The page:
Few Tips on how the Joint Ventures Can Grow Your Company or Local Business
How the Joint Ventures can help you grow Your Company or Local Business
If you are one of many people recently displaced by downsizing and you need to start your own business to get your finances and career back on track, or the manager of a micro-business bogged down in administrative issues that stifle innovation and growth, you don’t need a list of obstacles that prevent you from growing your local business.
Instead, you need a solution.
You need a no-nonsense solution for how to make your business plan a success.
And, unless you’re capable of doing everything yourself, then you’ll need one or more partners.
Then why not form a general partnership?
I am sure many of you have considered a partnership during the time you were thinking about what type of business to start with.
Think of it this way: a general partnership is like a marriage. Once you sign on, you’re responsible, for better or for worse, for everything your partner does until you get a divorce. And ending a general partnership can be as difficult as a contested divorce.
What if you just want to go on an exciting vacation with that special someone? Would you think that you need to get married first?
The same is true for your business, large or small.
To achieve innovation and growth in pretty much any kind and size of the business, adopt a less is more mindset, and give your plan the power that comes from focus without boat anchors.
What your Business Needs?
A new business idea doesn’t need a complex business structure, but every new business does need:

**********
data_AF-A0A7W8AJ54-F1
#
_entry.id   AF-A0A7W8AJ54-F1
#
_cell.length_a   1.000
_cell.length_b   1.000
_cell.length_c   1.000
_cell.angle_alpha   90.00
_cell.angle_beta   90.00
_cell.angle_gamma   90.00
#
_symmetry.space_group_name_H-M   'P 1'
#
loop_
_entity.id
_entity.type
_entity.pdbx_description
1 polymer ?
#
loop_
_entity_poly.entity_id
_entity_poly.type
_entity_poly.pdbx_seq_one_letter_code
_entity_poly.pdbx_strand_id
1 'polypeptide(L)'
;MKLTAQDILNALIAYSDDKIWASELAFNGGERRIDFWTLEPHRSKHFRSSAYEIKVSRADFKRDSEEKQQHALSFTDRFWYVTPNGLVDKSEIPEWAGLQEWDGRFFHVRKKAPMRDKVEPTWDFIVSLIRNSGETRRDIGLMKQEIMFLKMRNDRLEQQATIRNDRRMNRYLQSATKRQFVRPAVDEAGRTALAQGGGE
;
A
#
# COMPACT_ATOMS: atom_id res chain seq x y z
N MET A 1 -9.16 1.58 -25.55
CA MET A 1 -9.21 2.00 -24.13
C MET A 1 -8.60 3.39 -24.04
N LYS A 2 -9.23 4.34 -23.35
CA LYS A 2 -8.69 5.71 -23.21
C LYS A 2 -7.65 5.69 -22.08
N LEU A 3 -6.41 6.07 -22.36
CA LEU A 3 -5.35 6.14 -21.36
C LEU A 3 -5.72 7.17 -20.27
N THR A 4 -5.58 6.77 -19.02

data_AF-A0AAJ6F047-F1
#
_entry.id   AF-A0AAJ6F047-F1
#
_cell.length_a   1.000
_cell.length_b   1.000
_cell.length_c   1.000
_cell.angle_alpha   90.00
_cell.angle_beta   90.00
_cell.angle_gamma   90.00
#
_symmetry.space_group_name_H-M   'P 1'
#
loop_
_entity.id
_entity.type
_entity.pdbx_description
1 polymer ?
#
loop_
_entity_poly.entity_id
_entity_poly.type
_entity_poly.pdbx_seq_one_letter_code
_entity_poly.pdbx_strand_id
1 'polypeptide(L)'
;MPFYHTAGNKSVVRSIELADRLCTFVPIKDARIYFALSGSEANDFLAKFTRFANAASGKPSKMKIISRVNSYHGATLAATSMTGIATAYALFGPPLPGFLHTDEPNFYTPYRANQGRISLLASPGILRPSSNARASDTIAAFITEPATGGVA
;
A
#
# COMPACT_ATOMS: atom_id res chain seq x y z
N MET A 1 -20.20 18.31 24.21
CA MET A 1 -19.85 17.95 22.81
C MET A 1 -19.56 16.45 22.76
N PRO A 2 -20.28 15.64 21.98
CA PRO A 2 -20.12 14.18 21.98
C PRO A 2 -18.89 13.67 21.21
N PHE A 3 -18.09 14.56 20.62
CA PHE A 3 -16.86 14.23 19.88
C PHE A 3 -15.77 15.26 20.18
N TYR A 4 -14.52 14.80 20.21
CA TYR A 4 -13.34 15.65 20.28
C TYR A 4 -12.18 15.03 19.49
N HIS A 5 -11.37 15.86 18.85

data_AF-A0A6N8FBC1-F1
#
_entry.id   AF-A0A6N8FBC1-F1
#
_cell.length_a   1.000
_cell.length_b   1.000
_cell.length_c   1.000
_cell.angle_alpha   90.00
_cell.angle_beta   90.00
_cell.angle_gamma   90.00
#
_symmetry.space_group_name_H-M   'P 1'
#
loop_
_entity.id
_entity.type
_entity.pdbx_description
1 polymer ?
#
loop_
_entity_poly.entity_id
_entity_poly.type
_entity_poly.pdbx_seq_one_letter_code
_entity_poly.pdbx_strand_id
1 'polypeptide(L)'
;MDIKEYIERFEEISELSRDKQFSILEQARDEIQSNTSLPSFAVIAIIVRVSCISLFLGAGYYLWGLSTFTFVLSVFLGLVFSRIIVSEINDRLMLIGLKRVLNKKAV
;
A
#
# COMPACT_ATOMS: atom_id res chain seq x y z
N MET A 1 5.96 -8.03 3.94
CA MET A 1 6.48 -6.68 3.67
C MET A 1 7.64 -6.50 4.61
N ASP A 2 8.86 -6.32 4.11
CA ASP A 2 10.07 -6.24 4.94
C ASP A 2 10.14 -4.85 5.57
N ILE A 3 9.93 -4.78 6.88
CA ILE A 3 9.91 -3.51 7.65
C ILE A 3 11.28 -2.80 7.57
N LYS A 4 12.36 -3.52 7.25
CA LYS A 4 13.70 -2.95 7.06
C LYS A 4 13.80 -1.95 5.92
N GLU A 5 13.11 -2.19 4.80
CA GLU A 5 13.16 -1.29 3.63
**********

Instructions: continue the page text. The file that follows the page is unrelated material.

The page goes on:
- A clearly written plan stating what will be done, who will do it and when it will be done;
- Adequate shared resources;
- Sound decision-making; and
- Effective marketing.
This is the profile of a healthy joint venture.
The Solution: Joint Venture
In legal terms, a joint venture is defined as a written agreement between two or more people or entities to share resources to do a specific project, for a defined period of time, with shared control.
Again, regardless if we talk about a small, local business or a large corporation.
Let’s say you just went through the frustrating ordeal of figuring out how to buy the right smartphone and equipment for you.
You decide there’s a need for smartphone information and personalized phone holders. You might consider a joint venture agreement with a smartphone dealer who has an existing retail location and customer list.
You could draw up a simple agreement to test the market for a year, supported by the retail location to hold classes, create teaching tools and share revenue from the classes and resulting purchases of smartphones and your personalized holders, with partnership liability limited to this project.
This joint venture agreement would reduce the likelihood of disagreements because you both have a clear understanding of the limitations of the partnership.
Once the year-long test market is over, you and your joint venture partner can decide if the relationship should continue.
There should be no ugly divorce that often occurs when a general partnership falls apart.
In the micro-business context, if you have a plan to expand your product or service line, you may want to negotiate a joint venture agreement with someone who has expertise you need instead of hiring an employee.
The joint venture partner will share your goal and have a stake in the outcome, adding to the innovation energy and profit.
At the End
A joint venture agreement can avoid administrative obstacles to growth and provide protection from claims that can arise in the employer-employee context. Clearly, this is more fair and realistic than hiring someone as an independent contractor or part-time employee.
Having given you a sense of how a joint venture agreement might help you grow your big or small business, I will follow my own advice that less is more and wish you the very best.
If you have any questions or experiences with small businesses turned and succeeded as joint ventures, please share them in the comments below.
This content is accurate and true to the best of the author’s knowledge and is not meant to substitute for formal and individualized advice from a qualified professional.
© 2020 Natalie Galland